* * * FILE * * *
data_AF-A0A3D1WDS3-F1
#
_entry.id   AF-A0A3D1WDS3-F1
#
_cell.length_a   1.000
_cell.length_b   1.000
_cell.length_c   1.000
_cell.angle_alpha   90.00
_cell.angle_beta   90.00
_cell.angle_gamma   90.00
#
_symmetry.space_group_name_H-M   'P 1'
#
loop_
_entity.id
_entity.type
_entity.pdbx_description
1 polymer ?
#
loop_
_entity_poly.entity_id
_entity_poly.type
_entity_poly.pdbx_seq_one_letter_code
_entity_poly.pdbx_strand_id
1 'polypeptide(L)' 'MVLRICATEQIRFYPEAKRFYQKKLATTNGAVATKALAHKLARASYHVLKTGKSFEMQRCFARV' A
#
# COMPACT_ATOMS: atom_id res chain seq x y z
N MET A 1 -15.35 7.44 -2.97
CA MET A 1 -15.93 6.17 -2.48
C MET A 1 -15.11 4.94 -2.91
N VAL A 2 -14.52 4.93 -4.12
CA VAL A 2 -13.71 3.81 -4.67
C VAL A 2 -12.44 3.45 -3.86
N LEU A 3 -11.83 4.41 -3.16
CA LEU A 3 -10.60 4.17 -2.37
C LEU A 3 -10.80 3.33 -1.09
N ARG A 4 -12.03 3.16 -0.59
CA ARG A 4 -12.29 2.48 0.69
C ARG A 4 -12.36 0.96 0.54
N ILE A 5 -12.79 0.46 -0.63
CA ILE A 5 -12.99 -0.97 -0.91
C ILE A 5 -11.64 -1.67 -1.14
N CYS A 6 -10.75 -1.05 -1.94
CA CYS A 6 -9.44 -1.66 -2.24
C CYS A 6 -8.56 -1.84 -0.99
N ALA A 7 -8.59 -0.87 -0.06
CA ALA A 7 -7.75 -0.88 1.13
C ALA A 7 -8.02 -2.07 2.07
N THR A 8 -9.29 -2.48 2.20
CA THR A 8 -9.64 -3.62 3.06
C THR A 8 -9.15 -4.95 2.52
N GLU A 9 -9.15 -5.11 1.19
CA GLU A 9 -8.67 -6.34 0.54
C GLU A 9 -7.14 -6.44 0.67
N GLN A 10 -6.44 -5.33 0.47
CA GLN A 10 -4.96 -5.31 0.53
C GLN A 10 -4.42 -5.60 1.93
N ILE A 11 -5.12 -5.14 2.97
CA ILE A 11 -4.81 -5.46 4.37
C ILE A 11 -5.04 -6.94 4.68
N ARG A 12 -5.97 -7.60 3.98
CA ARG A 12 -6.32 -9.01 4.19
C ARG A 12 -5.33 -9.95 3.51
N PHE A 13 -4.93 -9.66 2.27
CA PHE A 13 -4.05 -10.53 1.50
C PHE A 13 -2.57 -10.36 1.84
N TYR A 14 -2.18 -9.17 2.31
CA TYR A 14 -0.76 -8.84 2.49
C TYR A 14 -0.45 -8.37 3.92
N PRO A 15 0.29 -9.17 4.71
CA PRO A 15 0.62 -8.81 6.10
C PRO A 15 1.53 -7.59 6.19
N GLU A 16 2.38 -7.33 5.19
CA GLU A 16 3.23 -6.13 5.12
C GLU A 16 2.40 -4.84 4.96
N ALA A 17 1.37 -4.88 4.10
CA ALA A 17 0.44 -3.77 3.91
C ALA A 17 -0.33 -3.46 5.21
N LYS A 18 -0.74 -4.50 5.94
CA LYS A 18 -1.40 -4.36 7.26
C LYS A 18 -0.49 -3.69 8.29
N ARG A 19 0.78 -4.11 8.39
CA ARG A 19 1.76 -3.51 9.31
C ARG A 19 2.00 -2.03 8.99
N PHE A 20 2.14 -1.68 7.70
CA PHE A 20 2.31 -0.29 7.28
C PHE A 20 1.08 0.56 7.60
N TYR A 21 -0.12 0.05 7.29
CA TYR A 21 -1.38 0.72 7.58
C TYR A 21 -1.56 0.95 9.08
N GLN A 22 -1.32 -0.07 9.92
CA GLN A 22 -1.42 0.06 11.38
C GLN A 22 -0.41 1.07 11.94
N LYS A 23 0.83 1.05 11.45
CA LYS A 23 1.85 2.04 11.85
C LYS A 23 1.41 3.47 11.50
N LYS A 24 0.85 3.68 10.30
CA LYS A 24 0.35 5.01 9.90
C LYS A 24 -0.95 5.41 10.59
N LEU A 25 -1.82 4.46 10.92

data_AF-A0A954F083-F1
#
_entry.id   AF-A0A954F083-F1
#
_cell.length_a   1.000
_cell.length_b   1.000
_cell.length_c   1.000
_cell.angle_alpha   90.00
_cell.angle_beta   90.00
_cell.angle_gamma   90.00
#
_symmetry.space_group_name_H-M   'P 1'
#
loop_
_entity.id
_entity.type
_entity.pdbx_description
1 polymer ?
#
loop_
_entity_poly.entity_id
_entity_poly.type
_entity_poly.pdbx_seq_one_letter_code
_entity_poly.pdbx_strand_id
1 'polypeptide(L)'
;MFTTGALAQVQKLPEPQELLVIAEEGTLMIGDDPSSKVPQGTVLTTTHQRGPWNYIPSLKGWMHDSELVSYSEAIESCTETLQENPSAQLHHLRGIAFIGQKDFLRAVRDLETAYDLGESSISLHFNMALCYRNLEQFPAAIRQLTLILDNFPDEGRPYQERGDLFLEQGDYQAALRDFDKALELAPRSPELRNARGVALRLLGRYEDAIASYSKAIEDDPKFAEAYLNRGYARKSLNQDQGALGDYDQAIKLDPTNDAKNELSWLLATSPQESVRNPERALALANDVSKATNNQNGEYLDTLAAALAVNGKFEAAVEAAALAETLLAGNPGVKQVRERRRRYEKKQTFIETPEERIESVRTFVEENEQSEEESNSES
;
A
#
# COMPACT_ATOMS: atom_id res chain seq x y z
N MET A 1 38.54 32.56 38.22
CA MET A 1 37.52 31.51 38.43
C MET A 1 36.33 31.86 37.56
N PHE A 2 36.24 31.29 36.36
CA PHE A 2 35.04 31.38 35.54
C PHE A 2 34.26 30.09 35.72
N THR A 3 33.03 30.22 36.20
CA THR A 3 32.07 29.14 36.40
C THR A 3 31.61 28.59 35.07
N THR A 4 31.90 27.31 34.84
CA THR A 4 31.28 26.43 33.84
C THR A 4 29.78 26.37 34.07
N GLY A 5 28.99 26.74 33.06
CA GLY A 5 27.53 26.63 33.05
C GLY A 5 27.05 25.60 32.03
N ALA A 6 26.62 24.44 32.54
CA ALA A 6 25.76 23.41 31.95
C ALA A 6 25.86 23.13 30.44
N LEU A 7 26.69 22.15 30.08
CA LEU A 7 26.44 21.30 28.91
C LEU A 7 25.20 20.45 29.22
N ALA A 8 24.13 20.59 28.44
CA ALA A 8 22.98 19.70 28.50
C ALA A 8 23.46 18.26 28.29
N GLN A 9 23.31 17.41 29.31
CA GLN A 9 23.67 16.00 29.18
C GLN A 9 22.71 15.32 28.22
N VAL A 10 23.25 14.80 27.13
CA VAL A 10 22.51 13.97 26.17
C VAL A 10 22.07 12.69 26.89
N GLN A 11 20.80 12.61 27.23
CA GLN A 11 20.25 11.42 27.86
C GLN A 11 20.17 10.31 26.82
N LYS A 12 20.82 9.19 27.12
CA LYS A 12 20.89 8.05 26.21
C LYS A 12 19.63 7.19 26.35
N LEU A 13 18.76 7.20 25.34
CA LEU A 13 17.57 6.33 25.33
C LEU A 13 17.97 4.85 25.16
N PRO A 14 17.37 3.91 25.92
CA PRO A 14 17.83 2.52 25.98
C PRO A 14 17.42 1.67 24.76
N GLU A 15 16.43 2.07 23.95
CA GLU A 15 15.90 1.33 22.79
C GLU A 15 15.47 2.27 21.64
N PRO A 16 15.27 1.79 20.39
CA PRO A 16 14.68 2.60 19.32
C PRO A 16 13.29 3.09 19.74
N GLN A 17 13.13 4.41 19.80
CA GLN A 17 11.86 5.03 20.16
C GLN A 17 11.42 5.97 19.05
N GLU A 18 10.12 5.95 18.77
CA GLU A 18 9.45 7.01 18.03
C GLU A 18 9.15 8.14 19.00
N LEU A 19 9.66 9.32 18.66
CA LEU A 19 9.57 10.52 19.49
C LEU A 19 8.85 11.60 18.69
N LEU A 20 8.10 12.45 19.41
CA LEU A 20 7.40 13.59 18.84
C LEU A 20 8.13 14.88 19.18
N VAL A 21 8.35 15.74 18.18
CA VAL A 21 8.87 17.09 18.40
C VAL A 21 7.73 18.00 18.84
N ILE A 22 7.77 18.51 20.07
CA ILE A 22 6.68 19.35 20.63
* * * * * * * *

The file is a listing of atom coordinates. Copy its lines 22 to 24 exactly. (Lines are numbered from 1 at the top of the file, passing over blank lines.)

_entity_poly.type
_entity_poly.pdbx_seq_one_letter_code
_entity_poly.pdbx_strand_id